And if you're really strapped for Earth Day time with the kids, combine Easter and Earth Day by making your own recycled paper grass.  Collect used colored paper all over the house (newspaper would look cute too), send it through the shredder, and crumple or scissor-curl them for your Easter baskets.  SO much cuter than that green stuff they sell at the store.  The funny thing is, I couldn't find a shredder that makes the long strips.  They're all confetti ones now--even the one sitting in our garage!  Martha does it best, anyhow.

Even if Earth Day manages to come and go without a proper nod, just remember that we can definitely celebrate any day of the year.  We'll have more eco-inspired crafts and stuff next week for you and the kids.

Thanks Earth!  You rock!  :)

Product Review: Bob's Red Mill Ground Flaxseed Meal

When it comes to baking I'm always eager to try out new recipes.  I love trying to use natural ingredients to make something simple and yummy.  I also like the challenge of baking without eggs.  Even though there aren't any egg allergies in our family (not since Ryken was 1 at least) it's an ingredient I feel like I can do without if I get creative. 

To help matters for me, there is Bob's Red Mill Whole Ground Flaxseed Meal.  Made only with flaxseeds, it's a nice natural food in my opinion.  Here is how to use it as a substitute for eggs:

1 egg = 1 tablespoon of ground flaxseed meal plus 3 tablespoons of water, mixed well

It's recommended to only replace up to 3 eggs with flaxmeal/water. I use this mixture regularly in muffins, cakes, biscotti, and pancakes and in savory ground meat dishes such as meatloaf and dumplings.  I've also read (but haven't tried) adding 1/8 teaspoon of baking powder for each flaxmeal/water to retain the leavening effect that you would normally get by using real eggs. 

Flaxseed is a good source of Omega-3 fatty acids, essential acids that promote brain function and reduce the risk of heart disease.  Bob's Ground Flaxseed Meal is free of the 8 most common allergens and high in fiber. One 16-oz bag contains 68 tablespoons.  That's more than 5 dozen egg replacers in one bag!  Besides acting as an egg substitute, I also like slipping in a tablespoon or so of flaxmeal to oatmeal, cereal, batter or dough of any kind.  Who couldn't use the extra boost of brain food?

Bob's Red Mill is making its way onto market shelves everywhere.  In recent years it's been easier to find their products around my town at Raley's, Safeway, Whole Foods, and even Target.  The best price I've found for their ground flaxseed meal is at Trader Joe's for about $2.70, almost half of the cost of a bag at my local Safeway.  The company has an impressive line of baking products including many gluten-free flours made from beans, tapioca, sorghum, and amaranth to name a few.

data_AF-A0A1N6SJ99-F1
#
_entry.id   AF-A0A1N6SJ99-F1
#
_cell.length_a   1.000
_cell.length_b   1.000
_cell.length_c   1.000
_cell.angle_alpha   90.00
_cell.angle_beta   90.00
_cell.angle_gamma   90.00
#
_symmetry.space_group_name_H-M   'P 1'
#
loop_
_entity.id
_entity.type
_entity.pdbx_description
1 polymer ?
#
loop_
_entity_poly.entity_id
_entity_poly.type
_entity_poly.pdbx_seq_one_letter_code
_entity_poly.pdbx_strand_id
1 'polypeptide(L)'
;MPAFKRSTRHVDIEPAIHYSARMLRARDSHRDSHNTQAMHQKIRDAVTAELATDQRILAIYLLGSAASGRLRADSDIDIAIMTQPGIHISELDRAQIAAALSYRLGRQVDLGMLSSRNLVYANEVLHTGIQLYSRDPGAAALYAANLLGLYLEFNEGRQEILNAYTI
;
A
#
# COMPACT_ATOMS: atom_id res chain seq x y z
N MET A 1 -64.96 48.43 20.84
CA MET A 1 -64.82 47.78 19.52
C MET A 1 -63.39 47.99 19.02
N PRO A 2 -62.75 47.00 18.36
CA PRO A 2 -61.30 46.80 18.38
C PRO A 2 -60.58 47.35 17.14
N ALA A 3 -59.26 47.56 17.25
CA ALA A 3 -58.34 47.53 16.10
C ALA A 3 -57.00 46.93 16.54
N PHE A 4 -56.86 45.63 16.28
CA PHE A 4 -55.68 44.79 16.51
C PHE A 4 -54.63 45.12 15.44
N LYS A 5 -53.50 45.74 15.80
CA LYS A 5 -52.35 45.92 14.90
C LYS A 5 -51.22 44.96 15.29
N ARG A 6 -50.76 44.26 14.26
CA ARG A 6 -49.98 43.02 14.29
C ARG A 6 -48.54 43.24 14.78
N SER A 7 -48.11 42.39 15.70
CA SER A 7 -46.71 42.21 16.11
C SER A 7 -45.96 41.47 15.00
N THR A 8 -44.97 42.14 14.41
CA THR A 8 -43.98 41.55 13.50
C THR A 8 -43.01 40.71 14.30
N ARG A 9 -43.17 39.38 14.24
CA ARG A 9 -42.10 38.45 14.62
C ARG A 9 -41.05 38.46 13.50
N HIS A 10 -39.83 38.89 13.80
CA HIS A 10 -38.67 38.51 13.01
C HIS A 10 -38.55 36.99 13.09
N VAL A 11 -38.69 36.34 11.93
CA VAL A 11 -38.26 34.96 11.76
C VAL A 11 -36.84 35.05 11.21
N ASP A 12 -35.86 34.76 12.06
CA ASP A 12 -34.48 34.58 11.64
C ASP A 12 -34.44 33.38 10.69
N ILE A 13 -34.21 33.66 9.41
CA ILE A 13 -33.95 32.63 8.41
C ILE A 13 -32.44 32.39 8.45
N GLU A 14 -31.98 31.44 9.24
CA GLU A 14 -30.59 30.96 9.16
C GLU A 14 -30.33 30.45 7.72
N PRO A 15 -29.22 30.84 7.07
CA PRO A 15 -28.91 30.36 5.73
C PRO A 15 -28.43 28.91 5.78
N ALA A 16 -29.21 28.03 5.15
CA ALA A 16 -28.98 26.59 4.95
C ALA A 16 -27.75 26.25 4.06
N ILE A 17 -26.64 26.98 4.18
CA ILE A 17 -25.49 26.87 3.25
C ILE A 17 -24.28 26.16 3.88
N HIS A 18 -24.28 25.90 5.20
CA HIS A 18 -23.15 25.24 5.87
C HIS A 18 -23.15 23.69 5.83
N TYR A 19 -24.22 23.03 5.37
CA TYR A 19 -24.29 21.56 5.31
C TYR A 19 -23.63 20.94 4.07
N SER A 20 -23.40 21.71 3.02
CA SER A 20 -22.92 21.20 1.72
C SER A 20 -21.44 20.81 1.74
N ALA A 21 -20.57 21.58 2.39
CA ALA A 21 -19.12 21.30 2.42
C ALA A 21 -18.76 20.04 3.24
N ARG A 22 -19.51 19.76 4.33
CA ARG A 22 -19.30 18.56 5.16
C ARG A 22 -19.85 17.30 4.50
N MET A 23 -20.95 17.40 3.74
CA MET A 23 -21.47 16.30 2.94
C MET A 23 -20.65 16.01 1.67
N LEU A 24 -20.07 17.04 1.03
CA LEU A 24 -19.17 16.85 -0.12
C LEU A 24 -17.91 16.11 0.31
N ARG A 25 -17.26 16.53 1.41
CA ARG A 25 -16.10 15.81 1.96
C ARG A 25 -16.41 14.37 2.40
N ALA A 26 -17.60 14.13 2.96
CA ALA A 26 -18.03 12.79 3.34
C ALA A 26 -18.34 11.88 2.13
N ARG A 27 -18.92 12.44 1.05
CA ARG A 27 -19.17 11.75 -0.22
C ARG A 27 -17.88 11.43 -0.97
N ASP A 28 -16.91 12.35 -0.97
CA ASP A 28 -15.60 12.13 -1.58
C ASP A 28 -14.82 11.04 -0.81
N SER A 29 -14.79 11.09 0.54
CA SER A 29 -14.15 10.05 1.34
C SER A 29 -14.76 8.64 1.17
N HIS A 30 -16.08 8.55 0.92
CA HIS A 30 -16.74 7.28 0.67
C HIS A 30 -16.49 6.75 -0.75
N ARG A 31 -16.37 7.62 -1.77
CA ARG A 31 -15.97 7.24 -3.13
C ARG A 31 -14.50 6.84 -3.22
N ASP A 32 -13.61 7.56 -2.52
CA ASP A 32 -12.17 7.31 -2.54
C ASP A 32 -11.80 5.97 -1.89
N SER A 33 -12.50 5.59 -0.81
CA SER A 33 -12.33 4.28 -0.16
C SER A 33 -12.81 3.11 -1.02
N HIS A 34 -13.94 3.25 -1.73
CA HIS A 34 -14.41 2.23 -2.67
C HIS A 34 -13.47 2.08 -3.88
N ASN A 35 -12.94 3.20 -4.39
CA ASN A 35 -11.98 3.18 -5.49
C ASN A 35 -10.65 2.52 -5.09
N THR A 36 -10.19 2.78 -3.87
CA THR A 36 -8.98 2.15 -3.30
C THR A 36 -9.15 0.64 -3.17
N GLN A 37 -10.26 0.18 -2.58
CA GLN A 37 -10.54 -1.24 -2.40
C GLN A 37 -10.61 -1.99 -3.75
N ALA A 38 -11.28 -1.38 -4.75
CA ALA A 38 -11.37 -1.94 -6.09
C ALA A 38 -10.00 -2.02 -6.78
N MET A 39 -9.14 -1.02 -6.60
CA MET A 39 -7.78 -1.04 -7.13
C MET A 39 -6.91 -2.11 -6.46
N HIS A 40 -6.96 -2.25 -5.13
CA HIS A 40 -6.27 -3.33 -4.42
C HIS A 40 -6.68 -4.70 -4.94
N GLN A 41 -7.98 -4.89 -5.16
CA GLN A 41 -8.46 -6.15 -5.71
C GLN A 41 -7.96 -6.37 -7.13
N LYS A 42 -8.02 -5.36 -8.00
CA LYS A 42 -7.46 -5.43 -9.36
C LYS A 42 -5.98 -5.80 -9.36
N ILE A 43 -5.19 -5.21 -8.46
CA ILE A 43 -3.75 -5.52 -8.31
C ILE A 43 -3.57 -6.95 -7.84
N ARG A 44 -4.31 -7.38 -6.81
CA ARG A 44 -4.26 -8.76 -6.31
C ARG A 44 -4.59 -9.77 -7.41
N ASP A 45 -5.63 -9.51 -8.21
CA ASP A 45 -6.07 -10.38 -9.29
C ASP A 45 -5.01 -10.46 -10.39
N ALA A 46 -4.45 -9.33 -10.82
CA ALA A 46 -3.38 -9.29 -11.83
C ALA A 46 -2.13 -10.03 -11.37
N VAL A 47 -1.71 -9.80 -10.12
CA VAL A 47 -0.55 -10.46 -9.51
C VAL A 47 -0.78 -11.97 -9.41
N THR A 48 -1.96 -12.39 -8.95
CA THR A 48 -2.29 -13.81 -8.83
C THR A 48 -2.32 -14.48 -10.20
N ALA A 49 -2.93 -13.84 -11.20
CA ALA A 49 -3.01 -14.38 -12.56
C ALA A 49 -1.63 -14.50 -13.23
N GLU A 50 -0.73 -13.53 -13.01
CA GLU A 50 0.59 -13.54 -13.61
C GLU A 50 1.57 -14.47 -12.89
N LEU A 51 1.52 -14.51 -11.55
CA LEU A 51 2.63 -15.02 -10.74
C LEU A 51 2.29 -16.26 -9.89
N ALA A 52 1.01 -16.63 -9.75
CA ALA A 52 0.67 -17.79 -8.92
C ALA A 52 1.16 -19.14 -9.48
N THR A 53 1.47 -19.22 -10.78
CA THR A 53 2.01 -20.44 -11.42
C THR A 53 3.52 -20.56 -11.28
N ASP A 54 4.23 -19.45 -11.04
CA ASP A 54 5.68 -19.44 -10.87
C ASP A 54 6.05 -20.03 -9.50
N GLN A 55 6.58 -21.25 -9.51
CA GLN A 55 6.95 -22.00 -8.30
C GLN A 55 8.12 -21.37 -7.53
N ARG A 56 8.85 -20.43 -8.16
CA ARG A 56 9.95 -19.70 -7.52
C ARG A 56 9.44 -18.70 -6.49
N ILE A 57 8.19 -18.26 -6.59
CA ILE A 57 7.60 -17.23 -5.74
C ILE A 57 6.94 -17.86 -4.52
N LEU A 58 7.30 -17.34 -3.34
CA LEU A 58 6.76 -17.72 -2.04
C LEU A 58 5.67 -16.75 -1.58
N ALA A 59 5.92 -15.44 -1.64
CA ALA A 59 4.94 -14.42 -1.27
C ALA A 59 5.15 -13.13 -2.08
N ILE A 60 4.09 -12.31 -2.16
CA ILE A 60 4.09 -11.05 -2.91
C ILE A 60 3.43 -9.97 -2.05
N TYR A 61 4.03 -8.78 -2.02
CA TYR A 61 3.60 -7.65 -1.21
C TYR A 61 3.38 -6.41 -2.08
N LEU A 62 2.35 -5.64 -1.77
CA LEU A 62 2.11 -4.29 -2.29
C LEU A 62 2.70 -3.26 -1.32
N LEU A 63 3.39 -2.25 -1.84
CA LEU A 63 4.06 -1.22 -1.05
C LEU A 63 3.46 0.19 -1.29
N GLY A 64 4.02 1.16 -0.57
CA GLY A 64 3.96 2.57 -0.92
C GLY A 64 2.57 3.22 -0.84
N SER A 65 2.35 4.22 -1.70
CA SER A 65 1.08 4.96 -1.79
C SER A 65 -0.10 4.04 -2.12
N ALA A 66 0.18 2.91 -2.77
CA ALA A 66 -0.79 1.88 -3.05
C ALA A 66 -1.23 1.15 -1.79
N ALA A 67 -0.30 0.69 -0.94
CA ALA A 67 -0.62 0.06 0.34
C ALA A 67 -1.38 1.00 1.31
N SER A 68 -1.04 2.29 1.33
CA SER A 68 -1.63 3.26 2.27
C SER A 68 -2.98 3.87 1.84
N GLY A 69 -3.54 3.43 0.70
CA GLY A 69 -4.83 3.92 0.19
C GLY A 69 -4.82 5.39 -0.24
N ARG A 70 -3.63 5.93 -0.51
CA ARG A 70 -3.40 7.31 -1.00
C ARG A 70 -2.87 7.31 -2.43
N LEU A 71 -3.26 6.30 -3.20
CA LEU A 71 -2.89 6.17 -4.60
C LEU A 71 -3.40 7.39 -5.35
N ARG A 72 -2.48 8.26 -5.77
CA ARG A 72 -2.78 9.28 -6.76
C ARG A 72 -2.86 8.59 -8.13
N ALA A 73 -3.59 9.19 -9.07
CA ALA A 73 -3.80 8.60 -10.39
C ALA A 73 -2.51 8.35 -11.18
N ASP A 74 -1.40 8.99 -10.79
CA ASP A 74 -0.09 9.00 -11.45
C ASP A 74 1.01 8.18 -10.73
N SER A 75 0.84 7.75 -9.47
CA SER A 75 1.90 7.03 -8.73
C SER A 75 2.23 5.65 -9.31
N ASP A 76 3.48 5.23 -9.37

If you can't find Bob's products where you are or want to save by buying in bulk, check out Bob's Red Mill website for their complete product line.  Buying by the case straight from the company really does make sense especially if you regularly bake in a gluten-free kitchen.

April 20, 2011

Easter "Egg" Tostada Bar

Want some more egg-decorating fun without the threat of an allergic reaction?  How about dressing up some egg-shaped food.  Here's a meal suggestion for an "egg" tostada bar.  No eggy ingredients and it's flexible enough to accommodate for gluten and dairy allergies.

What you will need:

-Corn tortillas
-2 or more Tbsp vegetable oil
-Favorite taco ingredients, which may include:
  • Refried beans, warmed (use canned or make from scratch using a simple recipe such as this one for vegetarian refried beans from AllRecipes.com)
  • Guacamole (for a simple recipe, check this out in our archives)
  • Seasoned meat (I used crumbled 3-grain tempeh cooked with dairy-free taco seasoning, both products of Trader Joe's)
  • Cheese of your choice (at Whole Foods we found Daiya shredded vegan cheese)
  • Sour cream (we use Tofutti Sour Supreme)
  • Corn
  • Tomatoes
  • Shredded lettuce
  • Taco sauce, enchilada sauce 
To make tostada shells:
  1. Preheat oven at 400F.
  2. Cut tortillas into egg shapes. (Scissors or kitchen shears are easiest.)
  3. Drizzle oil on pan that is lined with aluminum foil.  Wipe both sides of each tortilla in oil so that tortillas are completely coated.
  4. Bake tortillas for 10-15 minutes or until they are lightly brown and crisp.  I usually end up flipping ours over around 10 minutes and baking for an extra couple minutes.
While the tortillas are baking, prep your tostada toppings.  Have plenty of spoons for your little chefs to spread and pile on the toppings.

My kids always eat more food when they've helped make it.
Callan got some help but was still a happy eater!

April 18, 2011

More Easter Eggs...the Plastic Variety

In past years, we've never skipped the egg-dyeing, a tradition passed on from my family.  Just the kids, the good old fashioned  Paas dyeing kit from the market, and lots of anxiety and fear--while outwardly trying to appear calm and delighted. 

With three egg-allergic children, I finally decided that we would all have more fun trying our hand at decorating the plastic ones than the real deal.  Michelle T. provided the inspiration with her glitter eggs, and I went to Walgreens and bought my 150 pack of eggs for $5.00 and let the kids go crazy. 

The craft store sold these stickers in a roll, to be cut apart, or wrapped around the center intact.

Two-year-old's version of Faberge eggs

The paper mache was too hard for the kids, but may be okay for a very patient 8-year-old or older.  Just cut up some scrapbooking, tissue or other fairly thin paper into small squares, and paint a mod podge mixture (add 3:1 m.p:water) on surface of egg and again on top of paper.  Let it dry.